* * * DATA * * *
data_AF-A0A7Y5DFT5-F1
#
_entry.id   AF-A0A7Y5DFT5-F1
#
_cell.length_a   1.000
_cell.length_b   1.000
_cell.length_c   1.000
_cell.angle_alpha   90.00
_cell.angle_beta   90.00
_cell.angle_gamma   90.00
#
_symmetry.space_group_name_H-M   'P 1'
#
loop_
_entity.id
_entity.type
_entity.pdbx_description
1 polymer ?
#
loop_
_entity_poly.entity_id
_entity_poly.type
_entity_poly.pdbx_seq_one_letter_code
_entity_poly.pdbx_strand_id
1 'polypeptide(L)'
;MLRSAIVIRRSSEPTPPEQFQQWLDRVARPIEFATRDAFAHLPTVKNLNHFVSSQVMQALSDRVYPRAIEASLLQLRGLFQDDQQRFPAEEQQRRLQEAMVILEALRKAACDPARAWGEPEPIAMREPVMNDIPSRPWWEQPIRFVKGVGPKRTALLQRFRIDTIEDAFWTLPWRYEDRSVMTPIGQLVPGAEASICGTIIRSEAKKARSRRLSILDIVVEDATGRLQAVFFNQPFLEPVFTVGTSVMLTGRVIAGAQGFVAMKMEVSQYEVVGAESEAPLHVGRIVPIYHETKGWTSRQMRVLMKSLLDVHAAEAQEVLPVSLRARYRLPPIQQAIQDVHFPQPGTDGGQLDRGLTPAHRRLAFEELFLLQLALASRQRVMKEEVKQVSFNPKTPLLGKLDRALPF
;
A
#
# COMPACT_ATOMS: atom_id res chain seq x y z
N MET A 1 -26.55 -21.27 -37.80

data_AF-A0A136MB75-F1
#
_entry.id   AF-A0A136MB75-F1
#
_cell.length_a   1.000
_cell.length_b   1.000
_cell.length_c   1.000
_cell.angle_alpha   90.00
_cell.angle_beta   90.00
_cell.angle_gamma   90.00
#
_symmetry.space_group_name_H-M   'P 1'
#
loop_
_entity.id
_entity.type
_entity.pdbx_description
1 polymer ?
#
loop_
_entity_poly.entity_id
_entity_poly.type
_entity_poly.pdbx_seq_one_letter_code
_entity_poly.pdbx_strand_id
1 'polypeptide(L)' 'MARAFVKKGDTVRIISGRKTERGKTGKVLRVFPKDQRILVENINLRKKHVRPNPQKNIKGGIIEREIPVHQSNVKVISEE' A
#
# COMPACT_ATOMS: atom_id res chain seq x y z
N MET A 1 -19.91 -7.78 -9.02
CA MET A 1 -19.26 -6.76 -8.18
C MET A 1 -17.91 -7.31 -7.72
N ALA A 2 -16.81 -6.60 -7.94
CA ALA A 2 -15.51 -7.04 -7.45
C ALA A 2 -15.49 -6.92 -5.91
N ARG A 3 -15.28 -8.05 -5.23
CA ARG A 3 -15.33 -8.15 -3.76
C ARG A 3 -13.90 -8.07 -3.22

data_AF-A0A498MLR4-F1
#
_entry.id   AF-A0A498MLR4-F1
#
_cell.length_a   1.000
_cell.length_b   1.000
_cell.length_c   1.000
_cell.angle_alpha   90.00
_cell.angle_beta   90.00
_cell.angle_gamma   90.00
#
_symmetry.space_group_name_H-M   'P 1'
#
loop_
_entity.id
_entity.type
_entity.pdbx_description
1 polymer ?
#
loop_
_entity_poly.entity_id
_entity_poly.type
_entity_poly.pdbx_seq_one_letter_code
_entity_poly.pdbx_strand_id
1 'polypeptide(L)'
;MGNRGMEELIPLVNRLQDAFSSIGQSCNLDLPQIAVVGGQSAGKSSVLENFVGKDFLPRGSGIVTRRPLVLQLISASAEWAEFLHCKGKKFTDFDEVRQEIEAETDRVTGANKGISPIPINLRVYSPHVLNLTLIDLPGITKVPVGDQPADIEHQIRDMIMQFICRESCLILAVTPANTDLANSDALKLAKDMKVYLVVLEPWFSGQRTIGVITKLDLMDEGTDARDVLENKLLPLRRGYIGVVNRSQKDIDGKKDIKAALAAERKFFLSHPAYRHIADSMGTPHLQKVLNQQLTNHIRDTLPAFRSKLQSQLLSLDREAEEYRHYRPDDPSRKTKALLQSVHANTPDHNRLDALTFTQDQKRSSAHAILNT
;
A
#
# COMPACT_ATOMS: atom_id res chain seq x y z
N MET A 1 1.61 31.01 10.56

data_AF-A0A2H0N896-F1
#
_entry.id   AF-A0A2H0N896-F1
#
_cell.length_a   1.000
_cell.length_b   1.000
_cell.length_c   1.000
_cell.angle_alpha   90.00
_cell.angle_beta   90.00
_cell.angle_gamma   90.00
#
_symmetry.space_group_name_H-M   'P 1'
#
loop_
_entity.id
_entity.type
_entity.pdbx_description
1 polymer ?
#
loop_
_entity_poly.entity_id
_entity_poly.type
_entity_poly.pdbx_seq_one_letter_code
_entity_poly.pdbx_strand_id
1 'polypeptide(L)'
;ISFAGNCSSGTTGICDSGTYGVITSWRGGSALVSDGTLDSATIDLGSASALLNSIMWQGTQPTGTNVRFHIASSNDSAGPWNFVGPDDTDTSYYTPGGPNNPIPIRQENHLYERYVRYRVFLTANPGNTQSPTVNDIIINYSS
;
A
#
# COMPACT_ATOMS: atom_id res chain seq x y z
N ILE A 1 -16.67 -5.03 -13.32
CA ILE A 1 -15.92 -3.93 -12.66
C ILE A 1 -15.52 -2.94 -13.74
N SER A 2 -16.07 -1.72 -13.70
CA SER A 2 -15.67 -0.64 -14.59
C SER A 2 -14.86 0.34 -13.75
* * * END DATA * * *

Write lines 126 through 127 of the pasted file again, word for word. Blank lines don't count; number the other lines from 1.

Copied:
A
#